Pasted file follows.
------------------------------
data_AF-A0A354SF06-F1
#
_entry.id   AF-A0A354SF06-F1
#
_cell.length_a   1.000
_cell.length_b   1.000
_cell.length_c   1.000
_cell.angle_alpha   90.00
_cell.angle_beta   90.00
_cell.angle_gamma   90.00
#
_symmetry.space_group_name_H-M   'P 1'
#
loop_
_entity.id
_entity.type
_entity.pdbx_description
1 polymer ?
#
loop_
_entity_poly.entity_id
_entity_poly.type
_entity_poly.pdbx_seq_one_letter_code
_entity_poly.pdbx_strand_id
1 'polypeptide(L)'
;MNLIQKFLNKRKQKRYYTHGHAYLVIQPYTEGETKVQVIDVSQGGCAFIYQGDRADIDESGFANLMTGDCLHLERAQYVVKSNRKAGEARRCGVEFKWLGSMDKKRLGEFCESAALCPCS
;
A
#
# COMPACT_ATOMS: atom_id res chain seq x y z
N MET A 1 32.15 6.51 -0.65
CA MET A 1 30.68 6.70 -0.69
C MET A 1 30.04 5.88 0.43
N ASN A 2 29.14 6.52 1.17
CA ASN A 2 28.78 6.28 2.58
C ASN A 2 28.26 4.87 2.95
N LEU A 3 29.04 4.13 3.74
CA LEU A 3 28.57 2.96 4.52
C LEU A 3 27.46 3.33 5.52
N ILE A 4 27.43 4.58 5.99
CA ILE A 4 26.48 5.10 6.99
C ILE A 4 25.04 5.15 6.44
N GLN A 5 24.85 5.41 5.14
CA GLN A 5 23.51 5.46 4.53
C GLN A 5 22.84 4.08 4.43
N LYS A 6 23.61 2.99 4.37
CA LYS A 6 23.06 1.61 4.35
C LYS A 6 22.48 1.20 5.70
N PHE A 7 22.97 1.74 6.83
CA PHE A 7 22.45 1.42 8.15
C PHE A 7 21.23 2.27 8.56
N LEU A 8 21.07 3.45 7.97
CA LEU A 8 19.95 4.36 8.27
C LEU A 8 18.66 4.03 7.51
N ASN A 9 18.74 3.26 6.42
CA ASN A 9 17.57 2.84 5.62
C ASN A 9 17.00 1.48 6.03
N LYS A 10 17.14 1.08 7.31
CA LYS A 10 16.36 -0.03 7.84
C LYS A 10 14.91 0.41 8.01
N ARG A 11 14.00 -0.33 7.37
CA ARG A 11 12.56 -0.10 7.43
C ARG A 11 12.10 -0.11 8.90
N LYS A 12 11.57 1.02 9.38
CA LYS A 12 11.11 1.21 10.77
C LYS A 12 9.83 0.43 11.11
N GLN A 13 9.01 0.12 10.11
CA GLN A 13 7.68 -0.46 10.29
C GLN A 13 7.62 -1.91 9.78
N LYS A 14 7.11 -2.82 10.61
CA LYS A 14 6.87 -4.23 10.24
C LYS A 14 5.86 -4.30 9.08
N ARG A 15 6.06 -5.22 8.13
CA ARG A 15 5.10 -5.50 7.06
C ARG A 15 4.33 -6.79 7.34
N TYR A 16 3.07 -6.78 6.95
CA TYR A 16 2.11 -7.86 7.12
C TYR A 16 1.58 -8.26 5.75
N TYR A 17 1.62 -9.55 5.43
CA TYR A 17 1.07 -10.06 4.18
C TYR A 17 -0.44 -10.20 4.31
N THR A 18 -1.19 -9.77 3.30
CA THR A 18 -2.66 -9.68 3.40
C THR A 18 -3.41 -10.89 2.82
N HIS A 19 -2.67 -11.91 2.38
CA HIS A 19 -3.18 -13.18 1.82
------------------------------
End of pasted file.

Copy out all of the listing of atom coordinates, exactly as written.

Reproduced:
data_AF-A0A354SF06-F1
#
_entry.id   AF-A0A354SF06-F1
#
_cell.length_a   1.000
_cell.length_b   1.000
_cell.length_c   1.000
_cell.angle_alpha   90.00
_cell.angle_beta   90.00
_cell.angle_gamma   90.00
#
_symmetry.space_group_name_H-M   'P 1'
#
loop_
_entity.id
_entity.type
_entity.pdbx_description
1 polymer ?
#
loop_
_entity_poly.entity_id
_entity_poly.type
_entity_poly.pdbx_seq_one_letter_code
_entity_poly.pdbx_strand_id
1 'polypeptide(L)'
;MNLIQKFLNKRKQKRYYTHGHAYLVIQPYTEGETKVQVIDVSQGGCAFIYQGDRADIDESGFANLMTGDCLHLERAQYVVKSNRKAGEARRCGVEFKWLGSMDKKRLGEFCESAALCPCS
;
A
#
# COMPACT_ATOMS: atom_id res chain seq x y z
N MET A 1 32.15 6.51 -0.65
CA MET A 1 30.68 6.70 -0.69
C MET A 1 30.04 5.88 0.43
N ASN A 2 29.14 6.52 1.17
CA ASN A 2 28.78 6.28 2.58
C ASN A 2 28.26 4.87 2.95
N LEU A 3 29.04 4.13 3.74
CA LEU A 3 28.57 2.96 4.52
C LEU A 3 27.46 3.33 5.52
N ILE A 4 27.43 4.58 5.99
CA ILE A 4 26.48 5.10 6.99
C ILE A 4 25.04 5.15 6.44
N GLN A 5 24.85 5.41 5.14
CA GLN A 5 23.51 5.46 4.53
C GLN A 5 22.84 4.08 4.43
N LYS A 6 23.61 2.99 4.37
CA LYS A 6 23.06 1.61 4.35
C LYS A 6 22.48 1.20 5.70
N PHE A 7 22.97 1.74 6.83
CA PHE A 7 22.45 1.42 8.15
C PHE A 7 21.23 2.27 8.56
N LEU A 8 21.07 3.45 7.97
CA LEU A 8 19.95 4.36 8.27
C LEU A 8 18.66 4.03 7.51
N ASN A 9 18.74 3.26 6.42
CA ASN A 9 17.57 2.84 5.62
C ASN A 9 17.00 1.48 6.03
N LYS A 10 17.14 1.08 7.31
CA LYS A 10 16.36 -0.03 7.84
C LYS A 10 14.91 0.41 8.01
N ARG A 11 14.00 -0.33 7.37
CA ARG A 11 12.56 -0.10 7.43
C ARG A 11 12.10 -0.11 8.90
N LYS A 12 11.57 1.02 9.38
CA LYS A 12 11.11 1.21 10.77
C LYS A 12 9.83 0.43 11.11
N GLN A 13 9.01 0.12 10.11
CA GLN A 13 7.68 -0.46 10.29
C GLN A 13 7.62 -1.91 9.78
N LYS A 14 7.11 -2.82 10.61
CA LYS A 14 6.87 -4.23 10.24
C LYS A 14 5.86 -4.30 9.08
N ARG A 15 6.06 -5.22 8.13
CA ARG A 15 5.10 -5.50 7.06
C ARG A 15 4.33 -6.79 7.34
N TYR A 16 3.07 -6.78 6.95
CA TYR A 16 2.11 -7.86 7.12
C TYR A 16 1.58 -8.26 5.75
N TYR A 17 1.62 -9.55 5.43
CA TYR A 17 1.07 -10.06 4.18
C TYR A 17 -0.44 -10.20 4.31
N THR A 18 -1.19 -9.77 3.30
CA THR A 18 -2.66 -9.68 3.40
C THR A 18 -3.41 -10.89 2.82
N HIS A 19 -2.67 -11.91 2.38
CA HIS A 19 -3.18 -13.18 1.82